April 8, 2006

          I wasn’t feeling very well today – hence the tardiness in getting the photos and journal updated.  We went to the Chen Clan Academy and got some good photos, but the visit wasn’t as enjoyable as it would have been had I been able to breathe.  J  It was fun to see the local artwork, though.  After that, we went to the pearl market to do some shopping, then on to a local restaurant for a dim sum lunch.  It was very good, too, and the jasmine tea helped me feel a little bit better.  We came back to the hotel and rested for a while, then introduced Mia to her first McDonald’s Chicken McNuggets.  As expected, they were a big hit!  We had our nightly “I don’t want to go to bed” fit, but eventually the parents won once again, and Mia fell to sleep in my arms.  Nolan fell asleep shortly before Mia, and Mommy followed shortly after her.  Then, I finished watching a John Wayne DVD, “Island in the Sky” and went to bed.


April 7, 2006

          Today was a much better day than yesterday for me.  Mia has opened back up to both of us, and is also quite enthralled with her oldest brother!  We still dealt with the occasional temper tantrum this afternoon, but she is 19 months old.  So, I’d be worried if that wasn’t the case.  ;)

        Today and the next couple of days are sightseeing days, as there is no adoption-related paperwork or government process for us to complete.  We went to the Yue Xiu Park this morning and walked around a bit.  We saw the famous five goats statue, as well as the lookout tower that was used to watch for any invaders who might have tried to attack ancient Guangzhou (Canton).  The temperature was the coolest it has been since we arrived.  So, it was nice to be outside and get some exercise.  We took a stroller for Mia, which turned out to be just about worthless since the park has a lot of stairways.  We finished up there and went to a Cantonese restaurant for lunch.  The food was very good and very inexpensive.  I ordered the pigeon which turned out to be a great hit with the bigger kids in our group.  It is served with the head still attached.  So, the kids were grossed out – or pretending to be, at least…  But when a couple of them tried it and liked it, they all decided to try it, and it was unanimously accepted.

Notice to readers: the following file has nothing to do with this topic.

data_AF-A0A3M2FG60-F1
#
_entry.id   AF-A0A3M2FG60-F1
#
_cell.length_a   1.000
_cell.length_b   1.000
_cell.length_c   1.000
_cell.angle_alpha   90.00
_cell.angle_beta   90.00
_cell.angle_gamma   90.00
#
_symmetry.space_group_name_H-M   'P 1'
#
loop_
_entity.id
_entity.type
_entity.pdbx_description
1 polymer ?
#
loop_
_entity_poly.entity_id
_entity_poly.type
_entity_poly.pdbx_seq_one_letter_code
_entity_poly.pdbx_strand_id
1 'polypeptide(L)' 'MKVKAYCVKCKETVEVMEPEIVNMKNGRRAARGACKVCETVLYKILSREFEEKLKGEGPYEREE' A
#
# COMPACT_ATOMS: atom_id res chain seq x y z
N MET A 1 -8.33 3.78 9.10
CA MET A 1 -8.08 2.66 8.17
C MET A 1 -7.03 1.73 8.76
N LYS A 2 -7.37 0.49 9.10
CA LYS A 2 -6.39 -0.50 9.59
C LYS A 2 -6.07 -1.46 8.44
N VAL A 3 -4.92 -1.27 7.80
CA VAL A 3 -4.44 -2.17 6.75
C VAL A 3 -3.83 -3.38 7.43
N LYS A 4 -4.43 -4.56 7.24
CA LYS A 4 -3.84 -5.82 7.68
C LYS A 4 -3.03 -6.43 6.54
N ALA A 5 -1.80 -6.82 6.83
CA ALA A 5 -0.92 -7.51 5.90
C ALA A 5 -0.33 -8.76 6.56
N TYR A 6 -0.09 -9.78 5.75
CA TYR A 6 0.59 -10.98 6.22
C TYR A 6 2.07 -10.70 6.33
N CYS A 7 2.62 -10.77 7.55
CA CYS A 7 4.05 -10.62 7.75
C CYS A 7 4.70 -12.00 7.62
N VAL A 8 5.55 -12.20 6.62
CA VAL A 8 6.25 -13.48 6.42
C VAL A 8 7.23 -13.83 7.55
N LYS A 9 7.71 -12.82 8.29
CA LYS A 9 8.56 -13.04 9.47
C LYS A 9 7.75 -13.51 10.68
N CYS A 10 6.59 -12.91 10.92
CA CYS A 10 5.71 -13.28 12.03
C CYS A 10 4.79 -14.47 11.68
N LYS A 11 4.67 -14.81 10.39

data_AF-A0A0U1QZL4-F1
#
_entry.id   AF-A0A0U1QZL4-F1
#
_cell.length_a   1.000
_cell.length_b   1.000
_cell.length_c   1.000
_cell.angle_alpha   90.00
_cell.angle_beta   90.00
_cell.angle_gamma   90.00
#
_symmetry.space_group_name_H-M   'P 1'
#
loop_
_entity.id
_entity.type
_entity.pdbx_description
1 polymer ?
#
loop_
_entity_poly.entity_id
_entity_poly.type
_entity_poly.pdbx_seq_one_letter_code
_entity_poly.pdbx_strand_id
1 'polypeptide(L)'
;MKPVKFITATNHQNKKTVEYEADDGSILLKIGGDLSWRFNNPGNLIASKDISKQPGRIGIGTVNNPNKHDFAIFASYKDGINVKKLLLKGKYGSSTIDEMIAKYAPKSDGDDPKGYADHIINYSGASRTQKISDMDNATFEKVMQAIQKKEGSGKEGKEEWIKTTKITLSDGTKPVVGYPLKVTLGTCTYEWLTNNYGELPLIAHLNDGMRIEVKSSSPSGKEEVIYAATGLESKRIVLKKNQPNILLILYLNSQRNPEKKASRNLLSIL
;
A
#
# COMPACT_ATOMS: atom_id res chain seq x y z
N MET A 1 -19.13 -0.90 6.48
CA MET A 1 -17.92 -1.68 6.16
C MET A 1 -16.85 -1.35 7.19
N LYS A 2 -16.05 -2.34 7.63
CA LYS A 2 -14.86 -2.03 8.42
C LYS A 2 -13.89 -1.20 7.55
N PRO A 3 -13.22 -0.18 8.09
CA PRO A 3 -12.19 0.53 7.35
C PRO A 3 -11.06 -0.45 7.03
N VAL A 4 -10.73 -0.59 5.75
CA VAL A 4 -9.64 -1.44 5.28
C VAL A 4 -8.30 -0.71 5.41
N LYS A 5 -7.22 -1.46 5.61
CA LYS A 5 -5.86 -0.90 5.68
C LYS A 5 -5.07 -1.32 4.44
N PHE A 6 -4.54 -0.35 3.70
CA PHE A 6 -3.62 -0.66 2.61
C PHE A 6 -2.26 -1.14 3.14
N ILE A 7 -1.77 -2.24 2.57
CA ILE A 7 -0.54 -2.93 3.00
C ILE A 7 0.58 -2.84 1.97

April 6, 2006